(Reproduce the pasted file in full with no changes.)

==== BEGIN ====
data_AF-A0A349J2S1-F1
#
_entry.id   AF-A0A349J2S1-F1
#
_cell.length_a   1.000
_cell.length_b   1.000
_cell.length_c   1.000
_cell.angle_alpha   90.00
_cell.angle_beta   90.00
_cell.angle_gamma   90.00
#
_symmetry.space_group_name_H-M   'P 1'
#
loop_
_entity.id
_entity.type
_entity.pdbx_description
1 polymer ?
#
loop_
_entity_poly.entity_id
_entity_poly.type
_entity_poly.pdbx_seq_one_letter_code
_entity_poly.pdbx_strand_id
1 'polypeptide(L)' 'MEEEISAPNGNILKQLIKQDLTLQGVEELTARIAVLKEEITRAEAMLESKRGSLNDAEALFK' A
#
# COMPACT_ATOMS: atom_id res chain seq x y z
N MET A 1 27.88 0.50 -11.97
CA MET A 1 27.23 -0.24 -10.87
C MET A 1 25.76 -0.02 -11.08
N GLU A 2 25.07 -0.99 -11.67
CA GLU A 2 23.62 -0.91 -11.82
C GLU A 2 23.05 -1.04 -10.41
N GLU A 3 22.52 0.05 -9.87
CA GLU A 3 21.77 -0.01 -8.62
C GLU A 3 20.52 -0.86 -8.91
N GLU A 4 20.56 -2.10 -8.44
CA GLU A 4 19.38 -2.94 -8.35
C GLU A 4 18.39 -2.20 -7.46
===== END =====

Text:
data_AF-A0A349J2S1-F1
#
_entry.id   AF-A0A349J2S1-F1
#
_cell.length_a   1.000
_cell.length_b   1.000
_cell.length_c   1.000
_cell.angle_alpha   90.00
_cell.angle_beta   90.00
_cell.angle_gamma   90.00
#
_symmetry.space_group_name_H-M   'P 1'
#
loop_
_entity.id
_entity.type
_entity.pdbx_description
1 polymer ?
#
loop_
_entity_poly.entity_id
_entity_poly.type
_entity_poly.pdbx_seq_one_letter_code
_entity_poly.pdbx_strand_id
1 'polypeptide(L)' 'MEEEISAPNGNILKQLIKQDLTLQGVEELTARIAVLKEEITRAEAMLESKRGSLNDAEALFK' A
#
# COMPACT_ATOMS: atom_id res chain seq x y z
N MET A 1 27.88 0.50 -11.97
CA MET A 1 27.23 -0.24 -10.87
C MET A 1 25.76 -0.02 -11.08
N GLU A 2 25.07 -0.99 -11.67
CA GLU A 2 23.62 -0.91 -11.82
C GLU A 2 23.05 -1.04 -10.41
N GLU A 3 22.52 0.05 -9.87
CA GLU A 3 21.77 -0.01 -8.62
C GLU A 3 20.52 -0.86 -8.91
N GLU A 4 20.56 -2.10 -8.44
CA GLU A 4 19.38 -2.94 -8.35
C GLU A 4 18.39 -2.20 -7.46